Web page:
A lot of people want to quit their jobs at Verizon, and that's a really good sign for the economy. In a drive to cut costs and shift investments as it rolls out 5G service, the company announced on Monday that 10,400 management employees had accepted voluntary buyout deals, out of 44,000 who were eligible.
That might have been partially due to the fact that the terms of severance were generous, at three weeks of pay for each year of service, capped at 60 weeks.
But it's likely there's a larger factor at play: The unemployment rate is now 3.7%, compared to 5.8% when Verizon last offered buyouts, meaning those workers figure they have a good chance of taking the money and finding another job.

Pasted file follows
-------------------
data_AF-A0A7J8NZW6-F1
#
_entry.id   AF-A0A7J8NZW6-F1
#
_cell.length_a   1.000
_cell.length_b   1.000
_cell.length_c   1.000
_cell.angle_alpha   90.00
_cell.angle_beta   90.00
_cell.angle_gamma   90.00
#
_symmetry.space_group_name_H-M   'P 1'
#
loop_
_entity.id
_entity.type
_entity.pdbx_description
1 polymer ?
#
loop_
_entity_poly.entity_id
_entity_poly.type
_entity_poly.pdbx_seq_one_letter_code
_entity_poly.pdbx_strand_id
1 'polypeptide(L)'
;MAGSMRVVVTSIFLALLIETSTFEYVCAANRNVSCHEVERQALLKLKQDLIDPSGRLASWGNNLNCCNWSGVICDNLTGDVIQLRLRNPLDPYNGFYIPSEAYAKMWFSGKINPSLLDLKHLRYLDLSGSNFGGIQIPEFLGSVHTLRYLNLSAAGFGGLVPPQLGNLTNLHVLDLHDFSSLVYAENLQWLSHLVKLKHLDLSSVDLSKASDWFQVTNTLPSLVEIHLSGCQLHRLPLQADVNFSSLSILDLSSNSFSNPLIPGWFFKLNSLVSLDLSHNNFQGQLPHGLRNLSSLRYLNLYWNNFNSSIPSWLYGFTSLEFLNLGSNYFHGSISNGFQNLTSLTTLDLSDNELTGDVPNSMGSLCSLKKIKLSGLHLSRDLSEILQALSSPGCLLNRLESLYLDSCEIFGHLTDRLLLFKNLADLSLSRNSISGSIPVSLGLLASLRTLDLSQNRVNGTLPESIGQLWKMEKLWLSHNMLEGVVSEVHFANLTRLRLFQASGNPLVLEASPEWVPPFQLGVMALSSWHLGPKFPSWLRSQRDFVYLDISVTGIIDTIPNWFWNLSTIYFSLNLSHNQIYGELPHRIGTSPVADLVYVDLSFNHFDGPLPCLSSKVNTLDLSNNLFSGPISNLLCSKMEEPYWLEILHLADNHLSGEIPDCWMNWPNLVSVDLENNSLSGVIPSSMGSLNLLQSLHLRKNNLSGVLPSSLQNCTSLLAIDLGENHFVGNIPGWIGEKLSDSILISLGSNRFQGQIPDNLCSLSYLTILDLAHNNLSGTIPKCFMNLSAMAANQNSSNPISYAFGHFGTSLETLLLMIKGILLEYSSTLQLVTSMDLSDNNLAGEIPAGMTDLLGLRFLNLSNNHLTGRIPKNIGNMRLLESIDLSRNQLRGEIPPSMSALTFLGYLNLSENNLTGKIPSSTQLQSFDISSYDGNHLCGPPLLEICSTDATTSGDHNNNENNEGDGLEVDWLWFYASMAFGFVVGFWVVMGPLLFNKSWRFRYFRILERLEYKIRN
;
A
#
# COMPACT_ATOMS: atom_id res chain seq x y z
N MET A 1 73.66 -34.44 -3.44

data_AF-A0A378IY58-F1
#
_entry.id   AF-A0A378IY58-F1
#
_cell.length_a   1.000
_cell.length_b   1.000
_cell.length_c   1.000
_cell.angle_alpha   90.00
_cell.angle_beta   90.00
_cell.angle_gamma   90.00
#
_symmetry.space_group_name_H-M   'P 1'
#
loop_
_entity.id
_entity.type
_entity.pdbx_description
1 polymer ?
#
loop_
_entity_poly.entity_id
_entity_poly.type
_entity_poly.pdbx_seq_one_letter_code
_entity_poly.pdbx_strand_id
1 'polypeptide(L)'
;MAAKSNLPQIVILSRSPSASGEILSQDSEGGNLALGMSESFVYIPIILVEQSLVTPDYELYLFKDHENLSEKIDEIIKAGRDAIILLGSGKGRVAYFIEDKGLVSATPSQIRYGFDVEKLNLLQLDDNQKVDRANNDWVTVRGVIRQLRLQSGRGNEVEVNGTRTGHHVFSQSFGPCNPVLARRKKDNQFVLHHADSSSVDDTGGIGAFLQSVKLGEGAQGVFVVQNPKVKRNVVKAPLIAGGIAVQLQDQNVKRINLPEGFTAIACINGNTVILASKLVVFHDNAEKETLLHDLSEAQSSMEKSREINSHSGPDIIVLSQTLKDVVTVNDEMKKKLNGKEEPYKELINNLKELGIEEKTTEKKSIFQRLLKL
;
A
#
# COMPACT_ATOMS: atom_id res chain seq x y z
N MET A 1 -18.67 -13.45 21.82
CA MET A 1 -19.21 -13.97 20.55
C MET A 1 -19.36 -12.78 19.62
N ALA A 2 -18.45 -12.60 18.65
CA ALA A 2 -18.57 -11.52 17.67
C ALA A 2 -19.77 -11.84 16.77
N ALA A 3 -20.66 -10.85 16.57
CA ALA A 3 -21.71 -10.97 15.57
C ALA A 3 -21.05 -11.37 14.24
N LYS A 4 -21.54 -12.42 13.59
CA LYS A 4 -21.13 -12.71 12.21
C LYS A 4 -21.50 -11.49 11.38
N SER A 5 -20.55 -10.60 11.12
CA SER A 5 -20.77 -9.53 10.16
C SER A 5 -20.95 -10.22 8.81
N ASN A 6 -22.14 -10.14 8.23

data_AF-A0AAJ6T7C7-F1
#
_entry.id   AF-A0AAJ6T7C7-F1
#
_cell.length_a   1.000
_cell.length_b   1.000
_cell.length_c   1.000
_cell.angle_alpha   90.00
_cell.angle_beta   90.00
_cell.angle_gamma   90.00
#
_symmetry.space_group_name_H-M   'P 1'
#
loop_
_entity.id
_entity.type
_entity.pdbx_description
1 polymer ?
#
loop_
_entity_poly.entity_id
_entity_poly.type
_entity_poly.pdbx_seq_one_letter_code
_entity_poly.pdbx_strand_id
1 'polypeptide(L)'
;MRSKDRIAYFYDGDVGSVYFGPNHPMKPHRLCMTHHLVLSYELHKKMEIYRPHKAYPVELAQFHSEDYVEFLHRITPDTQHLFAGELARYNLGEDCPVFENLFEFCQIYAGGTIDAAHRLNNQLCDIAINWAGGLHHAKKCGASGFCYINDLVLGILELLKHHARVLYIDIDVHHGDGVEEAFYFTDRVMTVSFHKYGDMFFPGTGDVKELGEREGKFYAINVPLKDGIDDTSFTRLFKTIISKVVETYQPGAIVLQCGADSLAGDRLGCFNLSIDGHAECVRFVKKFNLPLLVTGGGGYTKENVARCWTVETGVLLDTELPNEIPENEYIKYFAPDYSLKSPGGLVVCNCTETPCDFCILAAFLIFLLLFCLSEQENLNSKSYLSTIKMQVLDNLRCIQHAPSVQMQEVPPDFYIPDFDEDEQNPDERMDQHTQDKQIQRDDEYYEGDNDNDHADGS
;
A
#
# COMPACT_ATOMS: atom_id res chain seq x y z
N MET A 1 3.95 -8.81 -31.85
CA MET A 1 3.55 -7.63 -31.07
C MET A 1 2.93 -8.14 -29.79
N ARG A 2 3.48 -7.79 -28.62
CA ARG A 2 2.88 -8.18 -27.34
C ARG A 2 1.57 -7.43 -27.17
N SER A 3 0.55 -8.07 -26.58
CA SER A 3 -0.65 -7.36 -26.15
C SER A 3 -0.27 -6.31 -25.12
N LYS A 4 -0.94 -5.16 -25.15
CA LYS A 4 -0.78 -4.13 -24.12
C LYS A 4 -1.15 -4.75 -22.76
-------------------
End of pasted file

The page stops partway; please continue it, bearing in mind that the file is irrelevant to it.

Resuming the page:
“The hotter the labor market is, the more likely people are to say, 'Sure, I'll take this, thank you very much,'” says Peter Cappelli, director of Wharton's School of Human Resources at the University of Pennsylvania. “You wouldn't have had many people taking it in 2009.”
The buyout isn't the largest in Verizon's history. In 2003, 21,600 people took a voluntary buyout, with a two-week severance offer that was much less generous than the deal workers are being given now. That package was offered to far more workers — 152,000 — so the overall takeup rate was just 14%, as opposed to almost 24% of eligible workers this time around.